You’re heads-down working on a high-profile analysis for your boss. After toiling away for most of the morning, you’re nearly finished crunching the numbers. Then, all of a sudden, your co-worker taps you on the shoulder, “Do you have a stapler I can borrow?”, she asks. You quickly hand her the stapler, but the damage has been done. You’ve lost focus. When you return to your Excel spreadsheet, it looks like a foreign language. You hopelessly ask yourself, “Where was I?”
As an executive, you’re swimming (drowning, perhaps) in distractions and information overload. It’s a steep uphill battle to regain focus after you've been subjected to distractions or other sources of overload. According to research, it takes an average of 23 minutes and 15 seconds to get back to the task you were attending prior to an unruly disruption.
As an executive, your success hinges on your ability to quell distractions and manage overload.
1. Check email in batches
Email is one of the most potent sources of information overload in the workplace. Research by McKinsey found that 28% of a person’s workday is consumed checking email.
One of the most effective means of minimizing email overload is to check your email in chunks several times a day. A University of British Columbia study found that individuals who limit their email checking to 3 times per day are able to reduce stress levels and distractions by 47%.
As a busy executive, chances are high that you’re inundated with a flood of emails each day. Resist the temptation to read and/or respond to each message as it strikes your inbox. Your levels of productivity are likely to profit.
2. Consider walks and walking meetings
Most of us spend the majority of our workdays tethered to our desks. The lackluster environment causes us to be more susceptible to distractions and other sources of overload. Switching up your environment by going on a walk or walking meeting can prove very effective in helping you combat overload.
Walking meetings have the added benefit of enhancing your relationships with co-workers. The fact that you are walking side-by-side means the conversation is more peer-to-peer than when you are in your office and they are across a desk, which reinforces the organizational hierarchy.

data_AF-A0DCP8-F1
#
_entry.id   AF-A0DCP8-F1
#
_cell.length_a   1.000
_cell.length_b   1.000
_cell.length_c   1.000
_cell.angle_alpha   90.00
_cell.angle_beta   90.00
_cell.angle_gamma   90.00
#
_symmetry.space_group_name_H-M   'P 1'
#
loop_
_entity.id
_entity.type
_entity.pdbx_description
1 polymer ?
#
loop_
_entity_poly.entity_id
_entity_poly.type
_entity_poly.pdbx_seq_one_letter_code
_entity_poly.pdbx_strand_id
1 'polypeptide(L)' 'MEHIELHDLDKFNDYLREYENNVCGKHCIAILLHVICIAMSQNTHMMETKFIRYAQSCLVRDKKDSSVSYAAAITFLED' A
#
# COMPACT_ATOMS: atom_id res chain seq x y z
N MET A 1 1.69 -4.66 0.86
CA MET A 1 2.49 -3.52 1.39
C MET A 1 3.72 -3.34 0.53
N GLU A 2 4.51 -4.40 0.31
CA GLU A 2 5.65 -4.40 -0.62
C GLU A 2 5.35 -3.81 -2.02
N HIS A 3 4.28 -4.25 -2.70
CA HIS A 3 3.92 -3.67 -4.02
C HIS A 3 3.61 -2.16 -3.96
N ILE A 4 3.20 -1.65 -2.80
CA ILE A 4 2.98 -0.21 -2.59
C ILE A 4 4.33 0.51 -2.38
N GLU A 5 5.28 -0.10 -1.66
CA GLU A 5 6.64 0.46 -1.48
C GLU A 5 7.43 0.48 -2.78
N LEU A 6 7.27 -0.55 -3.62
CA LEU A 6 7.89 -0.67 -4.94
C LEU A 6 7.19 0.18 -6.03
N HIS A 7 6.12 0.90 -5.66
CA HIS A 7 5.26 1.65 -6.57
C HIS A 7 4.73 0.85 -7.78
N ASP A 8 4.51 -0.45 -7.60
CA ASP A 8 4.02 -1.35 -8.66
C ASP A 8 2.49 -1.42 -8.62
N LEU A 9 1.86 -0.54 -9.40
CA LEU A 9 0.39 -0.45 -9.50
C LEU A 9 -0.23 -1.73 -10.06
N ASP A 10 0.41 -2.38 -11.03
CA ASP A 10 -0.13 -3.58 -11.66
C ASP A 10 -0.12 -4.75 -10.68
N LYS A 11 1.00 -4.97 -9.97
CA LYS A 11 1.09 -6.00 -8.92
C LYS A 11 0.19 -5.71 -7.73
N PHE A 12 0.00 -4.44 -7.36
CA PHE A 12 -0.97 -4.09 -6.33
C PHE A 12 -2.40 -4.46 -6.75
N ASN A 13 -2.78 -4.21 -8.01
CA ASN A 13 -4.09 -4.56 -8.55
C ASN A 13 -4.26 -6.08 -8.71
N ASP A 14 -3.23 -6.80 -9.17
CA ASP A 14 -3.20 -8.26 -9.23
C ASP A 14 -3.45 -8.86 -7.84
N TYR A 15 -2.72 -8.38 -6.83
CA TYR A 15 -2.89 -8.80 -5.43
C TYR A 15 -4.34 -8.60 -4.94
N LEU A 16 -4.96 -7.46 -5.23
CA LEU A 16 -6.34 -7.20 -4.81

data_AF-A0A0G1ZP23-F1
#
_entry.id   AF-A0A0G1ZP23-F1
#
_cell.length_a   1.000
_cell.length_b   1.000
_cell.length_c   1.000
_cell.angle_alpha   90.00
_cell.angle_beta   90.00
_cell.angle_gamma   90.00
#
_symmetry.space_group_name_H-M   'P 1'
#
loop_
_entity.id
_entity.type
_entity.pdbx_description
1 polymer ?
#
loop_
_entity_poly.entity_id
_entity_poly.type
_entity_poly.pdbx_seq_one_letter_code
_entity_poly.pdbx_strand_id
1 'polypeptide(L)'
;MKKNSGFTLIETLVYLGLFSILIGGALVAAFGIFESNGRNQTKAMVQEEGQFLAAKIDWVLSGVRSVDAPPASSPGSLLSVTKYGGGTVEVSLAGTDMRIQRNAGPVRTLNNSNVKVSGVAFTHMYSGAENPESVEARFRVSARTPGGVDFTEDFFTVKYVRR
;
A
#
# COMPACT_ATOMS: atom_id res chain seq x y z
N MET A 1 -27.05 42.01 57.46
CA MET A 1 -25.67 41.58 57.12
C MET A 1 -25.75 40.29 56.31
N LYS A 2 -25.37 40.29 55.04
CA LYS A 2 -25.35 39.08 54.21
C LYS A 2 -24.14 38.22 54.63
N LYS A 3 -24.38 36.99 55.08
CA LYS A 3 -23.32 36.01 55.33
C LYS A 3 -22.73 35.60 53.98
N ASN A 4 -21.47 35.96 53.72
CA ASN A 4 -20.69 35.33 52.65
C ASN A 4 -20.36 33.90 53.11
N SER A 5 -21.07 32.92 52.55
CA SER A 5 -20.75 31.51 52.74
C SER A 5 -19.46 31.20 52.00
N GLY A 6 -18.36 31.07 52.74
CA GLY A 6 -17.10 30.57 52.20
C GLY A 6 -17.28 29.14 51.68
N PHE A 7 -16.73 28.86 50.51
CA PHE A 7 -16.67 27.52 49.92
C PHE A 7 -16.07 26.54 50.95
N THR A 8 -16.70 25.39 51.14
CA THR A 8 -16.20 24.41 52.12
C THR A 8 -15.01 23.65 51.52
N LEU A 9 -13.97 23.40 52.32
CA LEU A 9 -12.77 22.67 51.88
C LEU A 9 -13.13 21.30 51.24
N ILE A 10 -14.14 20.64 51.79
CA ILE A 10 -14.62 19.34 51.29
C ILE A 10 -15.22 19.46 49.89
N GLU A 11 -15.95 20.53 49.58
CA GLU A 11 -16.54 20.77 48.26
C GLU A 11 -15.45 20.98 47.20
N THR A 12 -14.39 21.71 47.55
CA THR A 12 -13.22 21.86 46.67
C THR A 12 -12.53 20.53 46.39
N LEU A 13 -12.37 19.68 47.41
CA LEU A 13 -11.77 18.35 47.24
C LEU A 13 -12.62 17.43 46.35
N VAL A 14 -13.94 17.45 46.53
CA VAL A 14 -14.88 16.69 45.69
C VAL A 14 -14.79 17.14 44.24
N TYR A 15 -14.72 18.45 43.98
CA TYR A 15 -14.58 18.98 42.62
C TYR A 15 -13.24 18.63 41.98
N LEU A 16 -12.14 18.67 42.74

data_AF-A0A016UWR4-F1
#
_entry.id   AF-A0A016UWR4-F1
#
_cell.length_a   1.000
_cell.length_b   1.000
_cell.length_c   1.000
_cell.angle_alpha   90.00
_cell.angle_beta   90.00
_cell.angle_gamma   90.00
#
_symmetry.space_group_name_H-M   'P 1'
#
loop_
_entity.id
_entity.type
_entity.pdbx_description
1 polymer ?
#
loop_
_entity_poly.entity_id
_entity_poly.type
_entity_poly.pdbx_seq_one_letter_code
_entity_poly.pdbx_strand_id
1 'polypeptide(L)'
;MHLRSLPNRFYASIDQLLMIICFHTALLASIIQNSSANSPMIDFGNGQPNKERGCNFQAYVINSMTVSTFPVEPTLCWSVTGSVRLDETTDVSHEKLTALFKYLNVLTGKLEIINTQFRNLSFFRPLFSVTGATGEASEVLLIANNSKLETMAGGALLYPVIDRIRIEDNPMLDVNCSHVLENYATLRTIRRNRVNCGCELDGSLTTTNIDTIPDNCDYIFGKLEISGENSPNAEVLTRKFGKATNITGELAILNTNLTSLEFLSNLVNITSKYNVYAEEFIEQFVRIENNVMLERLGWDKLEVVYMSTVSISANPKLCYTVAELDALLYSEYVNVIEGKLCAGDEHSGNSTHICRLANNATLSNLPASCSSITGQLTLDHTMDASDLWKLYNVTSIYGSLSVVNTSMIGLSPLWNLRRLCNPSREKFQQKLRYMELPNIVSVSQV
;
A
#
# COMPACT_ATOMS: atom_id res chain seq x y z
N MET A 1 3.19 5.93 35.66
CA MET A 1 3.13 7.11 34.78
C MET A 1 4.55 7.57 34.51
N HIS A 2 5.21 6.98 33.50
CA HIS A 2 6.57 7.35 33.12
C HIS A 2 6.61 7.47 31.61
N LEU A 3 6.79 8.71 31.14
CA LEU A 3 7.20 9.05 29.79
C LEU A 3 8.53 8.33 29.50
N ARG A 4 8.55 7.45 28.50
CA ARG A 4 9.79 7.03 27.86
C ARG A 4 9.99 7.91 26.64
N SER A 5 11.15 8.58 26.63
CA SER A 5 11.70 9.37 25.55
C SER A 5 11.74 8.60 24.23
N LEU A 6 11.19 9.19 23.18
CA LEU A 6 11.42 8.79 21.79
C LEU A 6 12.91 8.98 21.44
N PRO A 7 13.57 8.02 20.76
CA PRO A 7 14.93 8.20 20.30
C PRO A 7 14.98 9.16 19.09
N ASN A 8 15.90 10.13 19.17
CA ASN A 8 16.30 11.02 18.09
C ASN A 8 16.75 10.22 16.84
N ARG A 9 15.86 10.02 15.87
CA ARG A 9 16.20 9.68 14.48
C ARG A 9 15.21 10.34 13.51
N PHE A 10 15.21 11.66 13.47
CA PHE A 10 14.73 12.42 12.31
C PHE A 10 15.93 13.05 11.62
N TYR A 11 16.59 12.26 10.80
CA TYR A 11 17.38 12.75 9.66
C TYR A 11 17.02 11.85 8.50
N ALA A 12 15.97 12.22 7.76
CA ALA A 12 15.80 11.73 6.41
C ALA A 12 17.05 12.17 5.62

3. Schedule office hours
Another harmful source of overwhelm manifests in the form of impromptu meetings. If your day is riddled with people walking over to meet with you at their convenience…get the friendly word out that you’re setting up designated office hours for walk-ins.
Daniel Goleman, author of the New York Times bestseller “Emotional Intelligence”, once stated, “One way to boost our willpower and focus is to manage our distractions instead of letting them manage us”. Try to manage your distractions. Try to take control of overload in the workplace. When workplace distractions are reduced, workers are more productive, motivated, and happier.
As Tim Cook once said, “You can focus on things that are barriers or you can focus on scaling the wall.”
I care deeply about helping leaders and advancing the human resources profession. I have authored two books, The Art of Executive Coaching and Stress-less Leadership, and maintain a regular blog. I am also a leading contributor for The Society For Human Resources Management, Entrepreneur Magazine, and The Association of Talent Development.
As an active animal advocate, I donate 100% of all book proceeds to animal welfare.
The opinions in this article are my own, and do not reflect those of my publishers or employers.